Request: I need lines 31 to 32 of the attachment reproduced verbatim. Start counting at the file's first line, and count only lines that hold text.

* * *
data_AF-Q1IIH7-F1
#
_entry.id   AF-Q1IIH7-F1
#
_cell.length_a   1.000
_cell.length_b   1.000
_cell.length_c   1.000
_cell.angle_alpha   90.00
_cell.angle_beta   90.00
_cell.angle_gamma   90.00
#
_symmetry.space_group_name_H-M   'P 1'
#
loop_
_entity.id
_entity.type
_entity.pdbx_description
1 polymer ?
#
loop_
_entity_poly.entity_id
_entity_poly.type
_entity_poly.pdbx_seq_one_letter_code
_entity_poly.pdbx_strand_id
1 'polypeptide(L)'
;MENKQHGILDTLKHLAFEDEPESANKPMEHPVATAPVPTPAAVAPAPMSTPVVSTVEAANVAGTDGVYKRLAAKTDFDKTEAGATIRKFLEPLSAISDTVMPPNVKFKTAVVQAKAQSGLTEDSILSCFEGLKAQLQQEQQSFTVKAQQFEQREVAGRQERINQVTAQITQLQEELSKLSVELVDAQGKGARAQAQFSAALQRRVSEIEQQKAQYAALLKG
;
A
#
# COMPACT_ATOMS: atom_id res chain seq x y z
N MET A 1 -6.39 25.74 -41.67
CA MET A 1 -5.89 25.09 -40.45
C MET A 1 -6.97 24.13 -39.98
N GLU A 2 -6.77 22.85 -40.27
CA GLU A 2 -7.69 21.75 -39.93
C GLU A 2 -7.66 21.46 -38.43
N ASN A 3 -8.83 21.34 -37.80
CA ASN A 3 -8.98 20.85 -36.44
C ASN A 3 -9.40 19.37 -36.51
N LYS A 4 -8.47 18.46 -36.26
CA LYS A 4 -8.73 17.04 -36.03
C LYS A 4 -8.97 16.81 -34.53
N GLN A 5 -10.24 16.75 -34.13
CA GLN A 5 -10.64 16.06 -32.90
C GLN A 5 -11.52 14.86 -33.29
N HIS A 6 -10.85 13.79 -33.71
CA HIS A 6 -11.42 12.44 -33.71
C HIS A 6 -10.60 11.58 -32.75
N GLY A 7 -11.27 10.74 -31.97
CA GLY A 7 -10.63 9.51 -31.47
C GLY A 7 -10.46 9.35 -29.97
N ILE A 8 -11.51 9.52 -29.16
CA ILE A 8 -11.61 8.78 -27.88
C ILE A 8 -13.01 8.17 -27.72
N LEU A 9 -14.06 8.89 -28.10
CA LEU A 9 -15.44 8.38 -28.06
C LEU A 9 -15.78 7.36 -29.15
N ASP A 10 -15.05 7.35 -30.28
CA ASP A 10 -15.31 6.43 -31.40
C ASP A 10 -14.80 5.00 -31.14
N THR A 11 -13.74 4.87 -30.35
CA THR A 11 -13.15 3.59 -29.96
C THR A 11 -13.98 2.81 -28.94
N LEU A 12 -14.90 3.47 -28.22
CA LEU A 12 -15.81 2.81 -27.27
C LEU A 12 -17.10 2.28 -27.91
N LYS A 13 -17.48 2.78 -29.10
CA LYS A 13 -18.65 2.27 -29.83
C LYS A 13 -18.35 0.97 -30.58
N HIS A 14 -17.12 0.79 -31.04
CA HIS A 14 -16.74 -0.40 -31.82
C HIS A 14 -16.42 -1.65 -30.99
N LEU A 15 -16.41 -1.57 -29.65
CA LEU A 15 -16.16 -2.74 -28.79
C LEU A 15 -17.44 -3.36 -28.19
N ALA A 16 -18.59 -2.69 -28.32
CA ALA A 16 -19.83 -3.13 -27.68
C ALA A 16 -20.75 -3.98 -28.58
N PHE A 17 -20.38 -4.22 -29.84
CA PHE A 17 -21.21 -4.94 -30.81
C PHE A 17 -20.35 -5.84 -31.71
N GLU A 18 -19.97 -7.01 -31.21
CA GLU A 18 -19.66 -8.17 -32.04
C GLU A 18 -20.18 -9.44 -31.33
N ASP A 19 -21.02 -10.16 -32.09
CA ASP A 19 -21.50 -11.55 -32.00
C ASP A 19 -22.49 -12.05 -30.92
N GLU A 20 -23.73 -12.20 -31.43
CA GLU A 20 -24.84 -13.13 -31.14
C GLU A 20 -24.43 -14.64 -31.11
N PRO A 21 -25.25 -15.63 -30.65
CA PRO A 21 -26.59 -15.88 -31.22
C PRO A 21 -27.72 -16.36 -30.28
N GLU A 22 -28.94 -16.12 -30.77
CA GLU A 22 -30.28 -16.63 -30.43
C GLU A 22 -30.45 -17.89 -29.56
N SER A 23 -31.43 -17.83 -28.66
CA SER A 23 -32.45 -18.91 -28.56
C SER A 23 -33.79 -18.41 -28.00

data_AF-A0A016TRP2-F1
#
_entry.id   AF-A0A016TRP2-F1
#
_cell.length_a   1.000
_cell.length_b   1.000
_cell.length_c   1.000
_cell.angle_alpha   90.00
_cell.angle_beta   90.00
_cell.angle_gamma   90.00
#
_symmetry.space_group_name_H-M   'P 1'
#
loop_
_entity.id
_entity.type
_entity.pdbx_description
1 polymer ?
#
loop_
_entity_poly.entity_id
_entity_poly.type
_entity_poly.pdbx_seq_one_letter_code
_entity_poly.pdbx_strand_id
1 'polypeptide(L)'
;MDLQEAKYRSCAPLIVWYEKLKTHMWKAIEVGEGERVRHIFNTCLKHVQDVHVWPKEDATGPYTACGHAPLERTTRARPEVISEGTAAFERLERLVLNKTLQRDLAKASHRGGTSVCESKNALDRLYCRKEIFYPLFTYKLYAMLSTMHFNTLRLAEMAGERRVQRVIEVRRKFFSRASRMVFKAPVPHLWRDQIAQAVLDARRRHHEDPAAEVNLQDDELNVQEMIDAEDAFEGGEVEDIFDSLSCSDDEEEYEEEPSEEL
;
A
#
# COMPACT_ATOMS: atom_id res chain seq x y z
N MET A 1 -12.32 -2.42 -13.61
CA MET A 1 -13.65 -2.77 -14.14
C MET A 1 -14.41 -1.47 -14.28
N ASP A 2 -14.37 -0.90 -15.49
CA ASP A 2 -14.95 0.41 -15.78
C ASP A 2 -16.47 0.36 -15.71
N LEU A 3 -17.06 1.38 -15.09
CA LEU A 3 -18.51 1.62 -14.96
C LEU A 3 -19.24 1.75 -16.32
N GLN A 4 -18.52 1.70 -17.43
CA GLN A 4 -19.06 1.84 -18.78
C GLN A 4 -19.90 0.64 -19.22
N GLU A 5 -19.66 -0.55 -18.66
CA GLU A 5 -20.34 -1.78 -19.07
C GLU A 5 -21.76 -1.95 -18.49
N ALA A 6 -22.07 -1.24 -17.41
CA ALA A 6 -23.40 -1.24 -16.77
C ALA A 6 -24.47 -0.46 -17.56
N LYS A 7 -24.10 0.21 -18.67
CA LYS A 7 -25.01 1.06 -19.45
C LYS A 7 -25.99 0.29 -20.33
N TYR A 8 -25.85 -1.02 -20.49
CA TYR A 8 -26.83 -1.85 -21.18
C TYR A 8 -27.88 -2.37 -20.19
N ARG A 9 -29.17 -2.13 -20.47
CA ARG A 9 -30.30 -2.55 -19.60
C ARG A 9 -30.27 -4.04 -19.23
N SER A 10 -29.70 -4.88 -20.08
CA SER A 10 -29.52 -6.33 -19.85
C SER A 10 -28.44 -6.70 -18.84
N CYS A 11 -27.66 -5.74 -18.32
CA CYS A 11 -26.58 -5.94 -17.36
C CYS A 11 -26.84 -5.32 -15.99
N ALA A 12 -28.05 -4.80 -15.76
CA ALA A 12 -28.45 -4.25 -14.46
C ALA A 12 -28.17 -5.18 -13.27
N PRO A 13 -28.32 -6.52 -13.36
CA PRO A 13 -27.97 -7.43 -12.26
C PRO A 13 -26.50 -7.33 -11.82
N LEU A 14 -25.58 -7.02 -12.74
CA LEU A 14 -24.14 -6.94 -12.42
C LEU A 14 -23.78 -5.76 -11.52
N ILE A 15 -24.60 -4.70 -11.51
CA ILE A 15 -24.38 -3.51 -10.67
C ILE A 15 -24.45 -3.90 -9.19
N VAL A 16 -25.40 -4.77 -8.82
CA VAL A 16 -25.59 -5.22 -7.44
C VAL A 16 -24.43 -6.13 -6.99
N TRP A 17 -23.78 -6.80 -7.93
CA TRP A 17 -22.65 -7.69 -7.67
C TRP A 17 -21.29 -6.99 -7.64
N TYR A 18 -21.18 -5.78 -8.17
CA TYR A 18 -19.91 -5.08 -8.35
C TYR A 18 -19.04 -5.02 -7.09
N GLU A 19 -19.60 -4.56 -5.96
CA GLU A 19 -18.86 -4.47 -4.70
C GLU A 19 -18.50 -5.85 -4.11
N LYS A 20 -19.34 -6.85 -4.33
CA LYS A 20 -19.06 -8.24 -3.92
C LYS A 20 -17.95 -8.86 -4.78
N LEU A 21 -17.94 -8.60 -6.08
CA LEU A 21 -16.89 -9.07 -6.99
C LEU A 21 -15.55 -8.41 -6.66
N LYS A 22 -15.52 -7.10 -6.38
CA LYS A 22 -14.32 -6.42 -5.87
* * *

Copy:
N MET A 1 -6.39 25.74 -41.67
CA MET A 1 -5.89 25.09 -40.45